Download the publication here. 


Upcoming Event: The Future of Renewable Energy and Climate Change Policy in Mexico

April 22, 2015

environment - energy - light bulb with paddy riceWHEN: Tuesday, April 28th, 9:00am-10:30am

WHERE: 5th Floor Conference Room, Woodrow Wilson Center

Click here to RSVP.

Mexico’s recent Energy Reform marked a big change in terms of investment and opportunities in oil and gas. However, the comprehensive package of legislation was also aimed to incentivize and accelerate the change towards the production of goods and services based on renewable energies. Mexico has great potential to develop a wide range of renewable energies including solar energy, hydroelectric, geothermal, bioenergy, and wind energy.

What’s more, in March of this year, Mexico became the first developing nation to formally promise to cut its carbon emissions, a potential milestone in efforts to reach a worldwide agreement on tackling climate change. Together with the United States’ commitment to cut emissions by 26-28%, Mexico’s commitment to a 25% reduction by 2030 builds on legislation passed by the nation’s congress to reduce emissions and generate more electricity from renewable sources.

With these developments in mind, the Wilson Center’s Mexico Institute is delighted to host Mexico’s Under Secretary of Energy Planning and Transition, Leonardo Beltrán, who will speak on both Mexico’s energy reform process and the prospects for renewable energy and carbon gas emissions reductions. At the same time, we are proud to launch our new publication “Renewable Energy in Mexico’s Northern Border Region,” which analyzes the current renewable energy situation in the north of the country and potential opportunities to engage in a productive relationship with the private and the public sectors in the United States. Jonathan Pinzón, one of the report’s authors and the Chief Operating Officer of GreenMomentum, will present the report’s findings and discuss the current state of renewables in Mexico. Our event will also feature comments from Hector Castro Vizcarra, the Embassy’s Minister for Energy Affairs.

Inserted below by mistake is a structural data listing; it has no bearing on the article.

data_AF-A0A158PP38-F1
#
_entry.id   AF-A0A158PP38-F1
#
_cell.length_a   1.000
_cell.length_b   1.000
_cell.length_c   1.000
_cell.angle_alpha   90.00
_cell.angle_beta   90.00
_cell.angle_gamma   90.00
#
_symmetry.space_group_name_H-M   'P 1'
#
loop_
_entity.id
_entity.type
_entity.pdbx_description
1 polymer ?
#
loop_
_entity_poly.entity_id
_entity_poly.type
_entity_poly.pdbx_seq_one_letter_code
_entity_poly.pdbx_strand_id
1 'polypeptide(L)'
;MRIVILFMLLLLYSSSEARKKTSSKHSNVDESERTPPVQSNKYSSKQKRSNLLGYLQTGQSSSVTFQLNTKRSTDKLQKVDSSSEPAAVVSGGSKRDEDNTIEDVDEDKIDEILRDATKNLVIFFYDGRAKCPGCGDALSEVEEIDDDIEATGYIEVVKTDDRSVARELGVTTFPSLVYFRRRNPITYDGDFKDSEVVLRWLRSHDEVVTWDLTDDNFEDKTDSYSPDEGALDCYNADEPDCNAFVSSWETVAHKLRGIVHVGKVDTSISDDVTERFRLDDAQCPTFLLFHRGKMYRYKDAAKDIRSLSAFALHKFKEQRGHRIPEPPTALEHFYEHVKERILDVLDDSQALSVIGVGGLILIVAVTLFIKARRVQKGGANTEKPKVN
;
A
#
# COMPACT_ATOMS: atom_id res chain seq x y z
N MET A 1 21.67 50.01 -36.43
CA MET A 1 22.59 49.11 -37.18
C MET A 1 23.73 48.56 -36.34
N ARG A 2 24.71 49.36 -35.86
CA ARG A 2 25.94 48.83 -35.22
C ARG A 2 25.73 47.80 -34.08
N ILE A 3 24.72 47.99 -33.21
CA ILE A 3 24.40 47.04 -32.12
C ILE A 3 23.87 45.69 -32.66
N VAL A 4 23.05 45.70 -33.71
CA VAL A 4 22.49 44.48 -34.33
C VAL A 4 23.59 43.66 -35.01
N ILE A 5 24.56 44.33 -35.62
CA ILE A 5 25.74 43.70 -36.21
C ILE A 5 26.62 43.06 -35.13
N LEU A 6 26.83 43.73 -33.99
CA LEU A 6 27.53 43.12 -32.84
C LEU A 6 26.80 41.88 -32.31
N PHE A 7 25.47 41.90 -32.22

Speakers

Leonardo Beltrán Rodríguez
Under Secretary of Energy Planning and Transition, Mexico’s Ministry of Energy

Hector Castro Vizcarra
Representative of the Secretariat of Energy (SENER) to the Embassy of Mexico in the United States

Jonathan Pinzón
Chief Operating Officer, GreenMomentum

Moderator

Duncan Wood
Director, Mexico Institute, Wilson Center

Click here for more information.

A live webcast will be available here


Mexico Sets National Target of 5% Renewable Energy by 2018

April 1, 2015

Bloomberg Business, 3/31/2015

energy -wind_energyMexico has set a national target of getting 5 percent of its power from renewable sources by 2018, lower than the 8.2 percent goal in draft policies released earlier this month.

The goal is part of a national development plan issued Tuesday by Mexico’s energy secretary. It’s a step toward reaching the country’s existing long-term target of getting 35 percent of its energy from clean sources by 2024.

Read more…


Mexico Announces “Landmark” Greenhouse Gas Target — A Cut of 22 Percent by 2030

March 31, 2015

By Steven Mufson, The Washington Post, 3/27/2015